THANK YOU: Stacey Tannos, Volunteer Marine Rescue NSW Commissioner, with Marine Rescue volunteer Bernie Wills.
THANK YOU: Stacey Tannos, Volunteer Marine Rescue NSW Commissioner, with Marine Rescue volunteer Bernie Wills. Mireille Merlet-Shaw Marc Stapelberg

Cops wouldn’t call heroes

IF IT had been up to NSW police they wouldn't have called the crew who became the heroes of Monday morning's dramatic rescue of five people in treacherous conditions off Ballina.

Luckily Ballina Marine Rescue advised the Ballina Jet Boat's parent organisation, Surf Life Saving NSW, of the incident, bypassing police and avoiding red tape.

A letter from the NSW Police Marine Area Command to the Australian Volunteer Coastguard, obtained by the Northern Star, says the Marine Area Command and police would not send the Coastguard to emergencies.

Two of the boat crew members rescued by the Ballina Jet Boat from Ballina's capsized Marine Rescue vessel on Monday, April 15, 2013.
Two of the boat crew members rescued by the Ballina Jet Boat from Ballina's capsized Marine Rescue vessel on Monday, April 15, 2013. Courtesy Ballina Jet Boat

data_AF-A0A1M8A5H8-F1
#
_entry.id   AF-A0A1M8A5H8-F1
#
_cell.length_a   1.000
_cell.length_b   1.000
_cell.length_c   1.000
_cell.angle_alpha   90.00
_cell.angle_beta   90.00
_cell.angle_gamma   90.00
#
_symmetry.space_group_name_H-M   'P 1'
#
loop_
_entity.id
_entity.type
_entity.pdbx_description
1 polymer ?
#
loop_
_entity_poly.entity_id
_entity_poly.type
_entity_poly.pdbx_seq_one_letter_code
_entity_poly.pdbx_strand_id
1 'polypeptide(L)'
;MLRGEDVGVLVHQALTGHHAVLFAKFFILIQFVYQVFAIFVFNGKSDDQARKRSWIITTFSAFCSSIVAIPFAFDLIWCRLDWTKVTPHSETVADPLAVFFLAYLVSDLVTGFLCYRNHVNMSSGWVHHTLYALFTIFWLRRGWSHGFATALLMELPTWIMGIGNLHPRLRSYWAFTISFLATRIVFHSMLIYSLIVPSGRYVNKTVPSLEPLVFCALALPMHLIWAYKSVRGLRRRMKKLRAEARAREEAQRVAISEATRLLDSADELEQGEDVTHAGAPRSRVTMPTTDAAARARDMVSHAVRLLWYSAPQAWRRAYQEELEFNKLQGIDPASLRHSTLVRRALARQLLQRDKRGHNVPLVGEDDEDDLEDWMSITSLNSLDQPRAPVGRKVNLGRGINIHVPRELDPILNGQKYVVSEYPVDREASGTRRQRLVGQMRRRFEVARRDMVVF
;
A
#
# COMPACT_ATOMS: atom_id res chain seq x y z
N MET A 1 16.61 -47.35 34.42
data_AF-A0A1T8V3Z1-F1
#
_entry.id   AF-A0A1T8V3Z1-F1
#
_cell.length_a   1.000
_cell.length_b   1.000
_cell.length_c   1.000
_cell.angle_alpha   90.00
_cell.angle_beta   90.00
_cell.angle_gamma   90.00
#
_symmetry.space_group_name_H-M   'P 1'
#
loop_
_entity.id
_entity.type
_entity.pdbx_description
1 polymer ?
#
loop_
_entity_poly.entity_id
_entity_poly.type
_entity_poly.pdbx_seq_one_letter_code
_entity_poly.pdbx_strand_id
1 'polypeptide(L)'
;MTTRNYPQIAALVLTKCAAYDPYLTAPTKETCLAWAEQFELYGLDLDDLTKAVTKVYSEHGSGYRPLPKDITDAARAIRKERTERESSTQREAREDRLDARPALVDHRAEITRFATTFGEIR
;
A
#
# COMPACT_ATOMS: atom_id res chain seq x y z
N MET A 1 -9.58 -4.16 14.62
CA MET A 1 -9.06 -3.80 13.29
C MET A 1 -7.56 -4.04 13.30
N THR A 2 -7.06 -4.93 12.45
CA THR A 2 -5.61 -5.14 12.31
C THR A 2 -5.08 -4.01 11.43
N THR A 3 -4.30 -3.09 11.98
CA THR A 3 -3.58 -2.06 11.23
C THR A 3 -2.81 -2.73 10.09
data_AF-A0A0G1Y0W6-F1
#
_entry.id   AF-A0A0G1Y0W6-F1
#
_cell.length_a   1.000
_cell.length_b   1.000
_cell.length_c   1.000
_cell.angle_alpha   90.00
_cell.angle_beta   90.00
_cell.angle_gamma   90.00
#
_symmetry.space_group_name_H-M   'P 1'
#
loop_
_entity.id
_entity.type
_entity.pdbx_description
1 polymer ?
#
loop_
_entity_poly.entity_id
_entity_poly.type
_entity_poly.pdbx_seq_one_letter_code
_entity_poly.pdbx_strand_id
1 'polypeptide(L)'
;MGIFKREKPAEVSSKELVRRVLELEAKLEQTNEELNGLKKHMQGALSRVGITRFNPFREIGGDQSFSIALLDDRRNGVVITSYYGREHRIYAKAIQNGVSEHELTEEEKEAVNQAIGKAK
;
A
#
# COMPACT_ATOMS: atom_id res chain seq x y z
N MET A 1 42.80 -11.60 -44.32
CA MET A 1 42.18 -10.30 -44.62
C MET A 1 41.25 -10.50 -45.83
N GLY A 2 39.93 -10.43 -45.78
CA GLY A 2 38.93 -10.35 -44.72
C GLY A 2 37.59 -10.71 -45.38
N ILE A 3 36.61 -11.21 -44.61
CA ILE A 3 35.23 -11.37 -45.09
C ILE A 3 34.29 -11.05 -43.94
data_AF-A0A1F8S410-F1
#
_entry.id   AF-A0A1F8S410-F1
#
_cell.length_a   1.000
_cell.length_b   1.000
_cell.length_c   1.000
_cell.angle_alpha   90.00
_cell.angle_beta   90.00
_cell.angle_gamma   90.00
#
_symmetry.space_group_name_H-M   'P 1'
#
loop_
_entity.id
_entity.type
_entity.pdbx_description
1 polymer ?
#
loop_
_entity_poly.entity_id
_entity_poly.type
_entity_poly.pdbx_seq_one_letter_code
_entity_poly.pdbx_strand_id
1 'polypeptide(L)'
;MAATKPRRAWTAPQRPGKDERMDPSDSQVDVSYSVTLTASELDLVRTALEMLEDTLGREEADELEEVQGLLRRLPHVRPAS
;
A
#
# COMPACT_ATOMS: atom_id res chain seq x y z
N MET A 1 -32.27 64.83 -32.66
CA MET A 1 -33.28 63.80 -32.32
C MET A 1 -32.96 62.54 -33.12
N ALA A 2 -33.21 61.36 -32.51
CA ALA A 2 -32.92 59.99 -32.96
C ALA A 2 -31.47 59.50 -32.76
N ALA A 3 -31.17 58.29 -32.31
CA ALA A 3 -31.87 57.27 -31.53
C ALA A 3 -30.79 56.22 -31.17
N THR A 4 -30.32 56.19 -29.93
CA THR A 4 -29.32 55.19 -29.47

The Ballina Jet Boat and two other organisations received the same letter. Ironically, the skipper of the Jet Boat, Mark Puglisi, is a serving police officer in the Richmond Local Area Command who has been previously decorated for bravery.

The letter, signed by Acting Superintendent James Stewart of the Marine Area Command was sent because training records for members were not all up to date. There was no suggestion the training was not up to date, just the records.

Coastguard Kingscliff commander-elect John Purnell said the organisations to receive the letter also happened to be the only volunteer emergency groups still declining to join Marine Rescue, which began taking over coastguards in 2010, despite the state rescue board confirming those organisations were accredited to conduct rescues.

Mr Purnell said he had sent the required records to the Marine Area Command on February 28.

"It's ludicrous; it's bloody ridiculous and could put lives at risk," he said.

"Since we are all accredited units with the state rescue board why not use us as required to help save lives like we are trained to do."

Marine Rescue Commissioner Stacey Tannos visited the Ballina crew involved in Monday morning's rescue yesterday.

"The crew are a bit knocked around and have some bruises, but all things considered they are doing well," he said.

The Ballina Marine Rescue boat and the Wanita that capsized during the rescue had washed up on South Ballina beach.

Salvage experts were assessing both vessels.

The Marine Area Command did not return our phone calls yesterday.



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